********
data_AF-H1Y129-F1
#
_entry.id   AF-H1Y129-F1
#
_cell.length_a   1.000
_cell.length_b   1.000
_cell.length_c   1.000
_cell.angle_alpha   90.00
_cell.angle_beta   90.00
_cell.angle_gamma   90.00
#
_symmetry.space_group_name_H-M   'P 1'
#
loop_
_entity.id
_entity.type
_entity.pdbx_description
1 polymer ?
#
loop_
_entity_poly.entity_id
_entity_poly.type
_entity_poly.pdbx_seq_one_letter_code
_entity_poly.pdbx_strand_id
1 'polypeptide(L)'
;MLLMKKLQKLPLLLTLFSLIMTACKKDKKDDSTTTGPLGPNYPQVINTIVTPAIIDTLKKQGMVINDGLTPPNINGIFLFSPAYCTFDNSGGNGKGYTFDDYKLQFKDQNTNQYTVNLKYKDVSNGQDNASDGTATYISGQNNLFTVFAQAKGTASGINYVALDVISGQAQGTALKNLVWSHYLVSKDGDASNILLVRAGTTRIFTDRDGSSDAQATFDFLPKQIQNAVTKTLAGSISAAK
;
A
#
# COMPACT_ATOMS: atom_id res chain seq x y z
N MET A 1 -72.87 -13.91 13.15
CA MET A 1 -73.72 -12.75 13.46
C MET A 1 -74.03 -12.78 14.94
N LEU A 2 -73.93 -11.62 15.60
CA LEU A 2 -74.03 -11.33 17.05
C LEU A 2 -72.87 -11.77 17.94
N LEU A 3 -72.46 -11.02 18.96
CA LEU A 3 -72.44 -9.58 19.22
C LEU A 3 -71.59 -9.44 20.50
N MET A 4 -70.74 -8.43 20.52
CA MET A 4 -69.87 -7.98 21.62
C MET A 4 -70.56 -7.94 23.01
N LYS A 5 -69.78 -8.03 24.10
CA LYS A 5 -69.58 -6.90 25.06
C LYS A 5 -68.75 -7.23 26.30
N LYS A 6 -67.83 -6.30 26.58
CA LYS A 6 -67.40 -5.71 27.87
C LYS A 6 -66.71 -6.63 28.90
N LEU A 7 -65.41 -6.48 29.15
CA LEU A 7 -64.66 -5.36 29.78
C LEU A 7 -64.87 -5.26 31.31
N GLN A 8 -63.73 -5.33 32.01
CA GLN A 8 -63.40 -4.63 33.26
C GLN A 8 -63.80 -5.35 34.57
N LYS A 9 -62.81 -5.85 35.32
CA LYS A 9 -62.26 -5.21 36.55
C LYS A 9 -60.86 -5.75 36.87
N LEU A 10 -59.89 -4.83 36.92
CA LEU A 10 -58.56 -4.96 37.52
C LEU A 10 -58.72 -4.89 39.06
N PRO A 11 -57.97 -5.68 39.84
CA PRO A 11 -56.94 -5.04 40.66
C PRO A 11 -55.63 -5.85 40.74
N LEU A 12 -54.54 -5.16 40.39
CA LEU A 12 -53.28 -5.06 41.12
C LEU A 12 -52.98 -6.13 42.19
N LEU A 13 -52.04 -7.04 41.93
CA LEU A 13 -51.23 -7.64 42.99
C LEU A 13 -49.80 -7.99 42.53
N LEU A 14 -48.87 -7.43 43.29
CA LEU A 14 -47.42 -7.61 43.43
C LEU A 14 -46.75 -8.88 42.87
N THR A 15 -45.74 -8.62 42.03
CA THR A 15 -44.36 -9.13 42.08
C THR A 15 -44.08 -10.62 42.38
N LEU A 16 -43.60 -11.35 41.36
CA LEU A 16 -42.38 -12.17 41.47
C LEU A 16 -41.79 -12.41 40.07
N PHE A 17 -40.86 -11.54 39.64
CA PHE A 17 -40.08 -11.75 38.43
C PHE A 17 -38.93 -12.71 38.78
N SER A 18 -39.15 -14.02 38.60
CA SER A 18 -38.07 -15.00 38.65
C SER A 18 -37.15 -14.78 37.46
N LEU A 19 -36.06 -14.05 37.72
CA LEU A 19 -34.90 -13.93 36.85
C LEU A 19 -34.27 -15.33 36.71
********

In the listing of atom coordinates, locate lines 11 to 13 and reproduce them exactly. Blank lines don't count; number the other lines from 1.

#
_symmetry.space_group_name_H-M   'P 1'
#